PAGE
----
Monday 20 August 2018

Sarri pins faith in Jorginho to close 30-point gap to City

Jorginho has blossomed into one of Europe’s most coveted players under Maurizio Sarri’s guidance. Photo: Reuters
Jorginho has blossomed into one of Europe’s most coveted players under Maurizio Sarri’s guidance. Photo: Reuters

Sam Dean

It was no coincidence that Chelsea's unveiling of Jorginho, their new £57m midfielder, took place just three hours after the club had announced the appointment of Maurizio Sarri as manager. Here were two exciting arrivals, both from Napoli, and the message from Chelsea to the world was clear: the new gaffer has already had an impact.

There can be no doubt over Jorginho's motives for rejecting Manchester City in favour of Chelsea and a season in the Europa League. Under Sarri's guidance at Napoli, the Brazil-born midfielder had blossomed into one of Europe's most coveted players, and had risen to such heights in Italy that he was even anointed as the heir to the great Andrea Pirlo. It speaks volumes of the 26-year-old's regard for Sarri that he declined the opportunity to work with Pep Guardiola, a man with some track record for developing creative midfielders.

That summer snub has clearly stung City and Guardiola, who saw Jorginho as the long-term successor to Fernandino at the base of their midfield. After weeks of negotiations, City had finally agreed a deal with Napoli and the move was all but done. But then, with the pen hovering over the dotted line, Jorginho had a Sarri-induced change of heart.

"We need Jorginho more than City," said Sarri, with a mischievous smile, on the eve of today's Community Shield meeting with City. "Pep has great midfielders, central midfielders. Fernandinho is a wonderful player."

In public, Guardiola has displayed few signs of being riled by Jorginho's change of mind. It is peculiar, though, that City have been turned down by their primary targets in two consecutive transfer windows. Alexis Sanchez was also set to join the champions in January, but had his head turned by Manchester United.

"We were close but in the end Jorginho decided to stay with Sarri," Guardiola said. "Maybe it was a bit late to announce that but if you decide you don't come, then you don't come."

What this all means, in footballing terms, is that Sarri has a player who will need no time to adapt to his high-pressing, possession-based style of play. Sarri will set the framework from the touchlines, and Jorginho will set the tone on the pitch as Chelsea look to pose a challenge to City this season, both in results and style.

"Jorginho is one of the steps to reduce the gap," Sarri said. "But the rest is to work. The table of the last Premier League told me City had 100 points, and Chelsea had 70 points. We have to try to reduce 30 points and I know only one way - to work."

Sarri's Napoli played with such style last season that Guardiola hailed them as one of the finest teams in Europe. The two managers are close, despite the Jorginho incident - "I will try to explain the situation to him on Sunday," Sarri said - and they clearly share the same ideals about how football should be played.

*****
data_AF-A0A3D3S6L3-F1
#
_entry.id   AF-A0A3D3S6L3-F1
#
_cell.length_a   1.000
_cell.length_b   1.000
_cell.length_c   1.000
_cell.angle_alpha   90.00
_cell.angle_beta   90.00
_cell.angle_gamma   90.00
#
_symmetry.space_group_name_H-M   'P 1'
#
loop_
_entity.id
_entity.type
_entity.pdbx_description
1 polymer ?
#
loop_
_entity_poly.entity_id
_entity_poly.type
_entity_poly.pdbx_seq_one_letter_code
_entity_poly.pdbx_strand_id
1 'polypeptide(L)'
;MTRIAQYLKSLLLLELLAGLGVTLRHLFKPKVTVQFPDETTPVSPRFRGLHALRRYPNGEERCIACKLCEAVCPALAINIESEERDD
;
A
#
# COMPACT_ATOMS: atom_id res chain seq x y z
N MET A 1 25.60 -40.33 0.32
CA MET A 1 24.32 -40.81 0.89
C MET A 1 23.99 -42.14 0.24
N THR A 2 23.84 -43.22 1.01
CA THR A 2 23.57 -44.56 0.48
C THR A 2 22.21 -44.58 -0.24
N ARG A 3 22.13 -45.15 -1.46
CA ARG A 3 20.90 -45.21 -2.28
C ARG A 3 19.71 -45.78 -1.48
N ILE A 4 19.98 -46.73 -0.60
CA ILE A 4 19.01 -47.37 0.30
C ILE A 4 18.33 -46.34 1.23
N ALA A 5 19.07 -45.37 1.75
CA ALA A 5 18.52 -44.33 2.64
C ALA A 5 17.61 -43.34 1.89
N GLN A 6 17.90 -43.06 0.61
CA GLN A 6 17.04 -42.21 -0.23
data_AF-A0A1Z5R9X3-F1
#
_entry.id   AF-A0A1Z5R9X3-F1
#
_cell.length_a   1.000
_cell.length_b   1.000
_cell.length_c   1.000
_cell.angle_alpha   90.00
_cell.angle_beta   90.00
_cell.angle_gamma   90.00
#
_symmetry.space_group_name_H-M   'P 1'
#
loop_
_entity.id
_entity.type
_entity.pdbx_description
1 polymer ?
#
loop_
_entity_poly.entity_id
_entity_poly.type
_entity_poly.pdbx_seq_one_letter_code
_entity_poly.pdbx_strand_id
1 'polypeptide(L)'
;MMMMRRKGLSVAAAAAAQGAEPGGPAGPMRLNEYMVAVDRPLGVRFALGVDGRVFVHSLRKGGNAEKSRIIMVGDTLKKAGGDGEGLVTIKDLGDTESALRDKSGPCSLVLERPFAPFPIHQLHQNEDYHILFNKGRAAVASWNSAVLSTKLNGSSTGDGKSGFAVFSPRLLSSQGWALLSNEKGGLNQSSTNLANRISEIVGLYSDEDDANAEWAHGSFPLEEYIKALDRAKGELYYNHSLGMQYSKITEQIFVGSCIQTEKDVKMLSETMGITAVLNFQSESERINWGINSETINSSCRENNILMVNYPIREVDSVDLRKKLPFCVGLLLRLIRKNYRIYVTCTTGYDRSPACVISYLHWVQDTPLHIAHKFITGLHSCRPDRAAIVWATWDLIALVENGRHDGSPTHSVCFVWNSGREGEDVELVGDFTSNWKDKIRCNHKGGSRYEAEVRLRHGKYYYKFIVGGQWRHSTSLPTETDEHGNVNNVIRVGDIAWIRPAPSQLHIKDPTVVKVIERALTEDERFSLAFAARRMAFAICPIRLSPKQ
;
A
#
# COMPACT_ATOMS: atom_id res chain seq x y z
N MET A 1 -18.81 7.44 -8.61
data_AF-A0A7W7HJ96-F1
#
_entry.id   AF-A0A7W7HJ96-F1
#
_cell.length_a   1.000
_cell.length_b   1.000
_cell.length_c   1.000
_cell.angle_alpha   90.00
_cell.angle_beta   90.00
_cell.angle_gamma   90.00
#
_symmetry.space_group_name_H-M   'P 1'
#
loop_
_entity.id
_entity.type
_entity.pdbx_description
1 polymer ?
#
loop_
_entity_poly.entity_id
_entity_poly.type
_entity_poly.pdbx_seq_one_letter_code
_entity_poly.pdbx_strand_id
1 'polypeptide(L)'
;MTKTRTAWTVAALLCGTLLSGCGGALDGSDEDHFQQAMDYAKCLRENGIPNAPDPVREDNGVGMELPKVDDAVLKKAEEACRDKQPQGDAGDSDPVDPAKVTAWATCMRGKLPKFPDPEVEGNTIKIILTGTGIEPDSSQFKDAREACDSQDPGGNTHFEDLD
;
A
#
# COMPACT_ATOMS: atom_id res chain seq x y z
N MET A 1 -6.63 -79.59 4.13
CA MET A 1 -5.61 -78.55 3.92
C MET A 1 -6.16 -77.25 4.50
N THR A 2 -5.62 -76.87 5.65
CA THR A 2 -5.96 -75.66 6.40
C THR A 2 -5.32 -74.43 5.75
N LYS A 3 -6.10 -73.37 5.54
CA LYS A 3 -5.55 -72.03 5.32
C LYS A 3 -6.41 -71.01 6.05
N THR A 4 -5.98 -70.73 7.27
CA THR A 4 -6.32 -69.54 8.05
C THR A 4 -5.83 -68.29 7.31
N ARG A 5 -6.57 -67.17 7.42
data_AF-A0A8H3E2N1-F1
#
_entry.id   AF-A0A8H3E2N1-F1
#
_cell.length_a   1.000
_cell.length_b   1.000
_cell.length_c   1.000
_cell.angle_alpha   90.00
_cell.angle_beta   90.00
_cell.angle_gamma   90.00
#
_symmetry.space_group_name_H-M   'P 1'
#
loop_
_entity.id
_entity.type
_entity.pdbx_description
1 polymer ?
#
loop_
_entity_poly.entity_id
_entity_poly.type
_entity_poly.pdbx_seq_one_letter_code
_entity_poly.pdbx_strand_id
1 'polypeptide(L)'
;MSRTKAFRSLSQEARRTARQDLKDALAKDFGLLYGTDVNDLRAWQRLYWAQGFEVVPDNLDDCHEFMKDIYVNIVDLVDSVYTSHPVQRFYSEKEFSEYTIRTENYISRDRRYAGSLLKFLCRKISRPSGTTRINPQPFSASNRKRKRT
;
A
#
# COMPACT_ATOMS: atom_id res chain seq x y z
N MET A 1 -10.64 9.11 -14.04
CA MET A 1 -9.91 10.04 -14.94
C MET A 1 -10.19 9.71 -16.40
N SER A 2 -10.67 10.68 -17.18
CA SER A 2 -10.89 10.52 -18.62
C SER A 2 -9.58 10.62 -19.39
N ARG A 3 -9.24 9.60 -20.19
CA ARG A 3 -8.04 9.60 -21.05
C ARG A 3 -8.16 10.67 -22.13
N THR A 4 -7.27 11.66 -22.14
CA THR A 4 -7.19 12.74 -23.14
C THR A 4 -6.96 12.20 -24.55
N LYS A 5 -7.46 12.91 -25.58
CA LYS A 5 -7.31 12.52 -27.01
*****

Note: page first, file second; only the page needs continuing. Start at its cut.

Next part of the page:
Sarri was quick to point out that City are considerably further ahead in their tactical development under Guardiola, yet he will still try to attack the Premier League champions today. He is not the type to 'park the bus'.

He certainly went toe to toe against City in the Champions League last season, but Napoli were twice beaten in the group stages. In the first of those meetings, at the Etihad in October, Sarri's side were so battered in the opening half-hour that the Italians were lucky to only be trailing by two goals.

"We need to defend," Sarri said. "I would like to defend, if it is possible, but sometimes it is not possible, to defend in the other half. It is very difficult for everybody to play against City. I played against City last season, played them in their best moment of the season. It was very hard, very difficult. The first 20 minutes was a nightmare, it was horrible.

"I would like my players to have the personality and to be able to think in their minds that we are at the same level [as City]. Maybe at the moment it is not true, but they have to start to think that they can play against everybody, in every stadium, in every team."

Chelsea will still be without Eden Hazard, their attacker-in-chief who is yet to return to London from his post-World Cup break. The inspirational Belgian forward, who has been consistently linked with a move to Real Madrid, spoke to Sarri last week and asked for an extra day of holiday before returning.

"We did not talk about this [his future at the club]," Sarri said. "In this moment there is no problem for Hazard."

There may be a problem with Stamford Bridge goalkeeper Thibaut Courtois, though. The Belgian is also wanted by Madrid and, according to his agent, has made it clear that he wants to leave.

Telegraph

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